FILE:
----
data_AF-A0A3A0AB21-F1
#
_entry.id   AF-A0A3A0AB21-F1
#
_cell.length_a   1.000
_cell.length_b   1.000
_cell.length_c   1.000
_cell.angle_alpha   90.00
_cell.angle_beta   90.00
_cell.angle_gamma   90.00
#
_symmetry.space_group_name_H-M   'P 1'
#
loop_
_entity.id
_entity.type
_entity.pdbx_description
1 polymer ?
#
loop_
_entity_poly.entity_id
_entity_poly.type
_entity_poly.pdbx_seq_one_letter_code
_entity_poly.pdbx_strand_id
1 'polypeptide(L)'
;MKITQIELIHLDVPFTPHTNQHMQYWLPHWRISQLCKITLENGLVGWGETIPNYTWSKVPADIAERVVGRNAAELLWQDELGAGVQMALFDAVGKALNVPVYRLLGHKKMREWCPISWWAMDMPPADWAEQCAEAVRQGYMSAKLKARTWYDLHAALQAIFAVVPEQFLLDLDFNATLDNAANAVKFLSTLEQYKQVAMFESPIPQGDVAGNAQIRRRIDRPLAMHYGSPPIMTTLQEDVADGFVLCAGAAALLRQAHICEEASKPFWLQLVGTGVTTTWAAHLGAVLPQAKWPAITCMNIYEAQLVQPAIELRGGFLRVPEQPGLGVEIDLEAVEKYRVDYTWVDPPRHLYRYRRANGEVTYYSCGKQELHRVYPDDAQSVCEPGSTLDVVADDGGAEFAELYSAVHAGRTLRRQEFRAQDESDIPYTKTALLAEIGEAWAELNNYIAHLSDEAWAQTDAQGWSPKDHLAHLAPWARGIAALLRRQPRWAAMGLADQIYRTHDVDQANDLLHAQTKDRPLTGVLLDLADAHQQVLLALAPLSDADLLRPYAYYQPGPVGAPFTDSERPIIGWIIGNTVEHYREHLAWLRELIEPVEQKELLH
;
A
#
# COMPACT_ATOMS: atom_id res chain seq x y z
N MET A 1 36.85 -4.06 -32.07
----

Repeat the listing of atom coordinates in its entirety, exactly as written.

data_AF-A0A3A0AB21-F1
#
_entry.id   AF-A0A3A0AB21-F1
#
_cell.length_a   1.000
_cell.length_b   1.000
_cell.length_c   1.000
_cell.angle_alpha   90.00
_cell.angle_beta   90.00
_cell.angle_gamma   90.00
#
_symmetry.space_group_name_H-M   'P 1'
#
loop_
_entity.id
_entity.type
_entity.pdbx_description
1 polymer ?
#
loop_
_entity_poly.entity_id
_entity_poly.type
_entity_poly.pdbx_seq_one_letter_code
_entity_poly.pdbx_strand_id
1 'polypeptide(L)'
;MKITQIELIHLDVPFTPHTNQHMQYWLPHWRISQLCKITLENGLVGWGETIPNYTWSKVPADIAERVVGRNAAELLWQDELGAGVQMALFDAVGKALNVPVYRLLGHKKMREWCPISWWAMDMPPADWAEQCAEAVRQGYMSAKLKARTWYDLHAALQAIFAVVPEQFLLDLDFNATLDNAANAVKFLSTLEQYKQVAMFESPIPQGDVAGNAQIRRRIDRPLAMHYGSPPIMTTLQEDVADGFVLCAGAAALLRQAHICEEASKPFWLQLVGTGVTTTWAAHLGAVLPQAKWPAITCMNIYEAQLVQPAIELRGGFLRVPEQPGLGVEIDLEAVEKYRVDYTWVDPPRHLYRYRRANGEVTYYSCGKQELHRVYPDDAQSVCEPGSTLDVVADDGGAEFAELYSAVHAGRTLRRQEFRAQDESDIPYTKTALLAEIGEAWAELNNYIAHLSDEAWAQTDAQGWSPKDHLAHLAPWARGIAALLRRQPRWAAMGLADQIYRTHDVDQANDLLHAQTKDRPLTGVLLDLADAHQQVLLALAPLSDADLLRPYAYYQPGPVGAPFTDSERPIIGWIIGNTVEHYREHLAWLRELIEPVEQKELLH
;
A
#
# COMPACT_ATOMS: atom_id res chain seq x y z
N MET A 1 36.85 -4.06 -32.07